United States voters have had no shortage of cybersecurity news related to elections in recent months, ranging from allegations of Russian interference to revelations that specific states were targeted in attack campaigns.
Among some of the frequent topics being discussed in the news have been political infighting, conjecture regarding collusion, and questions about what’s being done to prepare for the “next attack.” as we inch closer to the 2018 midterm elections.
We are inching closer to the 2018 midterm elections. Often overlooked in election-security discussions have been the most critical asset to democracy – the voters themselves, who, according to our most recent survey, are expressing doubts about our elections due to cybersecurity fears.
In our survey, we polled 5,000 eligible voters to determine sentiment regarding election cybersecurity and how that sentiment may affect future voting patterns. In perhaps the most startling revelation from the survey, 1 in 4 voters said they will consider not voting in upcoming elections over cybersecurity fears.
Extrapolated to account for all eligible voters in the United States (about 218 million people), this means as many as 58.8 million voters may actively decide to stay home during upcoming elections, including the 2018 midterms due to cybersecurity fears.
Among some of the other key findings from the survey:
Russia’s Possible Influence on U.S. Elections
Russia’s potential influence in the 2016 election has been a hot-button topic from prior to Election Day in 2016 through the present day. In our survey, we asked: “Do you believe foreign entities influenced the 2016 U.S. presidential election?” and nearly half (47%) of voters said yes.
When asked “What country poses the biggest cybersecurity risk to U.S. elections?” 45% of voters said Russia; 20% said the United States itself; 17% said North Korea; 11% said China; and 4% said Iran. (3% answered “other.”)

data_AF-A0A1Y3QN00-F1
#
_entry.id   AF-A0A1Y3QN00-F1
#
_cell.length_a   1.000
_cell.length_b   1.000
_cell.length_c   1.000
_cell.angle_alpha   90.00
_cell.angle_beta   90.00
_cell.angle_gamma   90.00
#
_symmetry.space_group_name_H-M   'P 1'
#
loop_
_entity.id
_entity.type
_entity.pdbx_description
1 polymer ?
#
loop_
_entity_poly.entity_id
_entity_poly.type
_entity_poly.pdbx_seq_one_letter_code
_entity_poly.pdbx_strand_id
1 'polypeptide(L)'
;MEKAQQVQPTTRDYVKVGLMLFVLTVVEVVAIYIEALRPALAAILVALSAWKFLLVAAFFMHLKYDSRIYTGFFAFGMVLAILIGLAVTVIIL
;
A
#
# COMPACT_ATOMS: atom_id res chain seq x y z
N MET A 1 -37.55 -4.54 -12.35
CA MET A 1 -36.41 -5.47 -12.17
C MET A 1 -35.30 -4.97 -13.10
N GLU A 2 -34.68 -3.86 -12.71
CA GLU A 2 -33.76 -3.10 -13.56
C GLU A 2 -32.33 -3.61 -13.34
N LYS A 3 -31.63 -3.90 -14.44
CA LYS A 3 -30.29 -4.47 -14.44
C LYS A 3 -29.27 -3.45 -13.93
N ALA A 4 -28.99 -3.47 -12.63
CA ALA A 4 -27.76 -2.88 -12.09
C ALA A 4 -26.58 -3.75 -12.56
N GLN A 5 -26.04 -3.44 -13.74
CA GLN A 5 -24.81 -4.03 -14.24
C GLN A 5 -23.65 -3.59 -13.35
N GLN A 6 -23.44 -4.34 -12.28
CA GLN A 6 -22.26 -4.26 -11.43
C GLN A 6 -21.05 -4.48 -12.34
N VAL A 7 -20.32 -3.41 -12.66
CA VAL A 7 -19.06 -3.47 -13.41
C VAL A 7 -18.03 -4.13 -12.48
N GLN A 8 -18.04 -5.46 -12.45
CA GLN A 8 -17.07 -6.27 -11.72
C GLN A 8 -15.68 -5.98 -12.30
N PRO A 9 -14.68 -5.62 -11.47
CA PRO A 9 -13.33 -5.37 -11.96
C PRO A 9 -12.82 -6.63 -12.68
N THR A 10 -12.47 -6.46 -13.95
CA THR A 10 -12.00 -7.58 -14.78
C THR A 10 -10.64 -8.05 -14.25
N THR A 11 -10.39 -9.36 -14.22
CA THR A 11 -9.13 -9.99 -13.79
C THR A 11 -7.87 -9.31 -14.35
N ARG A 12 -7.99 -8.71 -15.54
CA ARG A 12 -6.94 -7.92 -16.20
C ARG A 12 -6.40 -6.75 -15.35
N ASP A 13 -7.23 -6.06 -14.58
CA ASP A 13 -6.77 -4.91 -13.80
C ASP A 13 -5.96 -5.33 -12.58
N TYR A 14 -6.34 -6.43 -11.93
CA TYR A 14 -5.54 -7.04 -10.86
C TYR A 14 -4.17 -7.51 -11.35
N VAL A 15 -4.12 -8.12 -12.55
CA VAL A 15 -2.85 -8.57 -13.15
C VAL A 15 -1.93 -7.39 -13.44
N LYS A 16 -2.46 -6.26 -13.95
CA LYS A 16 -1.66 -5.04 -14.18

Voter Inaction Tied to Mistrust
Potential voter inaction may be closely tied to voters’ distrust in election authorities to keep their voting information safe. When asked: “Do you trust your state to keep your voting information safe?” and “Do you trust your voting district to keep your voting information safe?” only 45% of respondents replied “yes.”
Results to this question may have been influenced by recent news. On the day our survey was conducted, it was revealed that nearly 200 million voter records were exposed on the internet when a misconfigured database used by a Republican National Committee (RNC) was discovered.
Seeding Doubt in Democracy – Looking Forward to the 2018 Midterm Elections
Cyberattacks against our elections seed doubt in democracy. The idea that even a single voter is willing
to forfeit their vote in fear of a cyberattack is startling. The fact that 1 in 4 voters said they would be willing to do so speaks volumes about how deeply this doubt has penetrated. The alleged cyberattacks surrounding the 2016 elections were a clarion call that foreign entities are motivated to disrupt U.S. elections.
As we head to the 2018 midterms, the United States must prioritize restoring voters’ confidence. Every vote matters. If cyberattacks threaten (or even suggest) that the individual voter is powerless, the fundamental principle of our democracy is undermined.
The full report from Carbon Black outlines several ways that implemented security measures can help restore confidence in our election systems and democracy including: the limited use of electronic voting machines, stronger protection for voting registration systems / voter databases, and creating an auditable paper trail of votes in every state and precinct.
To view the full report, click here or on the image below: